Two complainants, who believed the ad strongly linked alcohol to seduction, sexual activity and sexual success, objected that the ad was socially irresponsible and breached the Code.
ASA Assessment: Complaints upheld
The ASA considered that the video as featured on the advertiser's own website and on their YouTube channel was an ad which fell within the remit of the CAP Code. The video featured alcohol products and referred throughout to the website URL where
products could be purchased and was therefore clearly directly connected with the supply or transfer of goods and services provided by 31Dover.com.
We considered that the ad strongly linked alcohol to sexual activity. The ad plainly features sexual innuendo, sexual references and sexual activity in association with the promotion of alcohol products and 31Dover.com. We did not consider that because
there was no human and alcohol interaction and there were no specific alcohol products or brands featured that this impression would have been eclipsed. Because the ad linked alcohol with sexual activity, we concluded it was socially irresponsible and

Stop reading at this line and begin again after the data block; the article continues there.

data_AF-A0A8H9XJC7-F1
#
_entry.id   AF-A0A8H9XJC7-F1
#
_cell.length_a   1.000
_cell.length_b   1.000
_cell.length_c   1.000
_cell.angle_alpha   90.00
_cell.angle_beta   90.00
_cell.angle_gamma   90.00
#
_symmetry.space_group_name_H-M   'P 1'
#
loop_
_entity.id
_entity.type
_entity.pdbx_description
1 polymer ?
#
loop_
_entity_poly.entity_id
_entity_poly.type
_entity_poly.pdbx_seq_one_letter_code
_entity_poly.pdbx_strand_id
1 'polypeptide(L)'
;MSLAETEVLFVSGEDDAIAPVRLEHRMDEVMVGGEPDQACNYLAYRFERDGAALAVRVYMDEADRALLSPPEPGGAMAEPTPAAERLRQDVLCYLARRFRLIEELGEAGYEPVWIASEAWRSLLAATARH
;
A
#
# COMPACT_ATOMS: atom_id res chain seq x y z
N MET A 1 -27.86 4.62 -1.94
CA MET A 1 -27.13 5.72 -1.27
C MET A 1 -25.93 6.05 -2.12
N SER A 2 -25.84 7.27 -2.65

breached the code.
The ad breached CAP Code (Edition 12) rules 18.1 18.1 Marketing communications must be socially responsible and must contain nothing that is likely to lead people to adopt styles of drinking that are unwise. For example, they should not encourage
excessive drinking. Care should be taken not to exploit the young, the immature or those who are mentally or socially vulnerable. and 18.5 18.5 Marketing communications must neither link alcohol with seduction, sexual activity or sexual success nor imply
that alcohol can enhance attractiveness. (Alcohol).
The ad must not appear again in its current form. We told 31Dover.com to prepare future advertising in a socially responsible way and not to link alcohol to sexual activity in their future marketing communications.